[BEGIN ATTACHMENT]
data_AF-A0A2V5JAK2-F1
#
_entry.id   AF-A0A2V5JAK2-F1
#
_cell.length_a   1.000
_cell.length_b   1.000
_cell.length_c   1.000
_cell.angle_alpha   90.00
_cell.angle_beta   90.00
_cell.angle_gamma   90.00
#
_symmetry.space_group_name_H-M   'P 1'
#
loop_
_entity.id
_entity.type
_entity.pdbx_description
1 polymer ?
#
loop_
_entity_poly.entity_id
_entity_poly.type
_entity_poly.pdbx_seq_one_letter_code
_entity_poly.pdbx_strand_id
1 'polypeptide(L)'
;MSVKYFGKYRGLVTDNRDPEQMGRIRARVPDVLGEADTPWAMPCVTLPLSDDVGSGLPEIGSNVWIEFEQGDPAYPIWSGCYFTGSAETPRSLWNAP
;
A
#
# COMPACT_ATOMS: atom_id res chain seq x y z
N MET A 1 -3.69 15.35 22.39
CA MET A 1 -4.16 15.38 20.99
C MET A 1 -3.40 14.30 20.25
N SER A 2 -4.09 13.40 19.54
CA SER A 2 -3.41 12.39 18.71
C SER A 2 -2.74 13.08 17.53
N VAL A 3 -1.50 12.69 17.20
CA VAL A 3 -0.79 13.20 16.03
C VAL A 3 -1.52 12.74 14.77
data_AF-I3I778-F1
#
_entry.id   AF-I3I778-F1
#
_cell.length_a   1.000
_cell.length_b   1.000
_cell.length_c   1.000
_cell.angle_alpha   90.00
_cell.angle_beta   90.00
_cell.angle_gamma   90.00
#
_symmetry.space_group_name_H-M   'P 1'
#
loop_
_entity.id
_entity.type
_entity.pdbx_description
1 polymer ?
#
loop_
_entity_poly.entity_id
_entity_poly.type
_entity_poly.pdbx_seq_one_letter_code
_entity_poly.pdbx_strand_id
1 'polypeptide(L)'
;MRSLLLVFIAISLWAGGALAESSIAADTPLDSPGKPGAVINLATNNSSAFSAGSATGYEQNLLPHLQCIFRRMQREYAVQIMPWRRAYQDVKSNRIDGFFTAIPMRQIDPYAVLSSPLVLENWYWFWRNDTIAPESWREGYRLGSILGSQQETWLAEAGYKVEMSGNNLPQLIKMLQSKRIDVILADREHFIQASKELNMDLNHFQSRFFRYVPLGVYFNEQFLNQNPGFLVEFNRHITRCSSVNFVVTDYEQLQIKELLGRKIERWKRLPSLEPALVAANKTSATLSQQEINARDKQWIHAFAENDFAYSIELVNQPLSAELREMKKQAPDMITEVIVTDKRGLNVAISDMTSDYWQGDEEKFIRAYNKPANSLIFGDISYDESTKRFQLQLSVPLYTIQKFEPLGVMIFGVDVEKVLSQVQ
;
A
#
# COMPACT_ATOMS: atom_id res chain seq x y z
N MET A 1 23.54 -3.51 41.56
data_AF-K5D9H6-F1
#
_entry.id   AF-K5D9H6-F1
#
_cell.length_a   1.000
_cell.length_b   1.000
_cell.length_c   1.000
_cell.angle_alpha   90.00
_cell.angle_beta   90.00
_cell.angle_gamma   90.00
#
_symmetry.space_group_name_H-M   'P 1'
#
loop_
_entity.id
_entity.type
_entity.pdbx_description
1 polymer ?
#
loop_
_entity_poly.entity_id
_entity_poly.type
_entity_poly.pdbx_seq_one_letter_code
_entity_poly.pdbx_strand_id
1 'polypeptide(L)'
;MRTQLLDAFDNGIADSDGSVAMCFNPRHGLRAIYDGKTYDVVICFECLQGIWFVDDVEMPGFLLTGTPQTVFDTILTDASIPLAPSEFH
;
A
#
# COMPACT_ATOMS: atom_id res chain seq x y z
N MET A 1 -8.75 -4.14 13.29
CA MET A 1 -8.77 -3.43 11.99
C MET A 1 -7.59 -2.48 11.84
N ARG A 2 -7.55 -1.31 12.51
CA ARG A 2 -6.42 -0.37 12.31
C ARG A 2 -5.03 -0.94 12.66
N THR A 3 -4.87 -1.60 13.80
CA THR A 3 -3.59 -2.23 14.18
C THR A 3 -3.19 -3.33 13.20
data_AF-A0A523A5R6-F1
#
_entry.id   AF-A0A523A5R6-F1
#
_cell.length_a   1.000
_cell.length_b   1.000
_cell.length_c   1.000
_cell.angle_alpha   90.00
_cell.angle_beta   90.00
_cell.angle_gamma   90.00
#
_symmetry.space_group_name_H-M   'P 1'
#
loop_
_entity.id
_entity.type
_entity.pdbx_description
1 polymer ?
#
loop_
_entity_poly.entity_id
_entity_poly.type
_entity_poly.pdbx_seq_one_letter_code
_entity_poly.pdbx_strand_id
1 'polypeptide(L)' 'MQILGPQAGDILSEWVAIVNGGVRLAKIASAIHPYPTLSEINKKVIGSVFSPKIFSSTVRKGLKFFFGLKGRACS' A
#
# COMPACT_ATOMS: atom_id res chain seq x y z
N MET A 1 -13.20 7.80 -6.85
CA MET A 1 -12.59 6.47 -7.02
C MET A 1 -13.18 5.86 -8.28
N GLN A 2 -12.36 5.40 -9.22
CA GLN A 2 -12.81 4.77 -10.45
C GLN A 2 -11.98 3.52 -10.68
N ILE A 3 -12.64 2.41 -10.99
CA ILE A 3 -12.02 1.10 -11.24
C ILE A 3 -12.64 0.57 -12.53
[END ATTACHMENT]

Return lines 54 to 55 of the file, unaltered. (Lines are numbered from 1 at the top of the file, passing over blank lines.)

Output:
_entity.id
_entity.type